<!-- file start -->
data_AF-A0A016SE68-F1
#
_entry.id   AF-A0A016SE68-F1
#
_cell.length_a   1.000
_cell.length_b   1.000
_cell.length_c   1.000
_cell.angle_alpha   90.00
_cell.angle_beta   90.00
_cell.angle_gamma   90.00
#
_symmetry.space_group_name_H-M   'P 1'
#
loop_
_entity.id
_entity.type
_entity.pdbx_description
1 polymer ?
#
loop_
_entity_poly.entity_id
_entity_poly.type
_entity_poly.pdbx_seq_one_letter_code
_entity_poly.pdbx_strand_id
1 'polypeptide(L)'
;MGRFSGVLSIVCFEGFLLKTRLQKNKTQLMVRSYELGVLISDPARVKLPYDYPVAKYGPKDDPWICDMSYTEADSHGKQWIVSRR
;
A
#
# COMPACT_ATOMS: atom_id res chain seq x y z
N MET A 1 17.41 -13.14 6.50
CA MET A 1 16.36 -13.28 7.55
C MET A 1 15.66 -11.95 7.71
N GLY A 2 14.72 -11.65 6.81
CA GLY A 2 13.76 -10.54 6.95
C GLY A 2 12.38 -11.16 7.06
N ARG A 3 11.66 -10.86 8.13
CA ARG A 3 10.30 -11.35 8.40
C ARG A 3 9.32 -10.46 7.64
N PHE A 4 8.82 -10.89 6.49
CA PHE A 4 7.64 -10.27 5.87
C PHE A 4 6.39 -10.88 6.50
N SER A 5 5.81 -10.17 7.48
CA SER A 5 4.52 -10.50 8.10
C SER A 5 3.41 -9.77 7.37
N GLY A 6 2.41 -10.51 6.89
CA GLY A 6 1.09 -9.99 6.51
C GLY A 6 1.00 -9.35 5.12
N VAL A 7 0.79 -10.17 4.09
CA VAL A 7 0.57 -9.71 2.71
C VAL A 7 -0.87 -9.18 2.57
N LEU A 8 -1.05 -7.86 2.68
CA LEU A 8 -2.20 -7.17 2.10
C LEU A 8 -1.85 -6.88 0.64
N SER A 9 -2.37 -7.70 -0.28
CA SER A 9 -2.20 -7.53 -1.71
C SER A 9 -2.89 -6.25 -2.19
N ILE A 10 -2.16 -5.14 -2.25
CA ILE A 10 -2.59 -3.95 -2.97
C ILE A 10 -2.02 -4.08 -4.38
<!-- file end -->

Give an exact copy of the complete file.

data_AF-A0A016SE68-F1
#
_entry.id   AF-A0A016SE68-F1
#
_cell.length_a   1.000
_cell.length_b   1.000
_cell.length_c   1.000
_cell.angle_alpha   90.00
_cell.angle_beta   90.00
_cell.angle_gamma   90.00
#
_symmetry.space_group_name_H-M   'P 1'
#
loop_
_entity.id
_entity.type
_entity.pdbx_description
1 polymer ?
#
loop_
_entity_poly.entity_id
_entity_poly.type
_entity_poly.pdbx_seq_one_letter_code
_entity_poly.pdbx_strand_id
1 'polypeptide(L)'
;MGRFSGVLSIVCFEGFLLKTRLQKNKTQLMVRSYELGVLISDPARVKLPYDYPVAKYGPKDDPWICDMSYTEADSHGKQWIVSRR
;
A
#
# COMPACT_ATOMS: atom_id res chain seq x y z
N MET A 1 17.41 -13.14 6.50
CA MET A 1 16.36 -13.28 7.55
C MET A 1 15.66 -11.95 7.71
N GLY A 2 14.72 -11.65 6.81
CA GLY A 2 13.76 -10.54 6.95
C GLY A 2 12.38 -11.16 7.06
N ARG A 3 11.66 -10.86 8.13
CA ARG A 3 10.30 -11.35 8.40
C ARG A 3 9.32 -10.46 7.64
N PHE A 4 8.82 -10.89 6.49
CA PHE A 4 7.64 -10.27 5.87
C PHE A 4 6.39 -10.88 6.50
N SER A 5 5.81 -10.17 7.48
CA SER A 5 4.52 -10.50 8.10
C SER A 5 3.41 -9.77 7.37
N GLY A 6 2.41 -10.51 6.89
CA GLY A 6 1.09 -9.99 6.51
C GLY A 6 1.00 -9.35 5.12
N VAL A 7 0.79 -10.17 4.09
CA VAL A 7 0.57 -9.71 2.71
C VAL A 7 -0.87 -9.18 2.57
N LEU A 8 -1.05 -7.86 2.68
CA LEU A 8 -2.20 -7.17 2.10
C LEU A 8 -1.85 -6.88 0.64
N SER A 9 -2.37 -7.70 -0.28
CA SER A 9 -2.20 -7.53 -1.71
C SER A 9 -2.89 -6.25 -2.19
N ILE A 10 -2.16 -5.14 -2.25
CA ILE A 10 -2.59 -3.95 -2.97
C ILE A 10 -2.02 -4.08 -4.38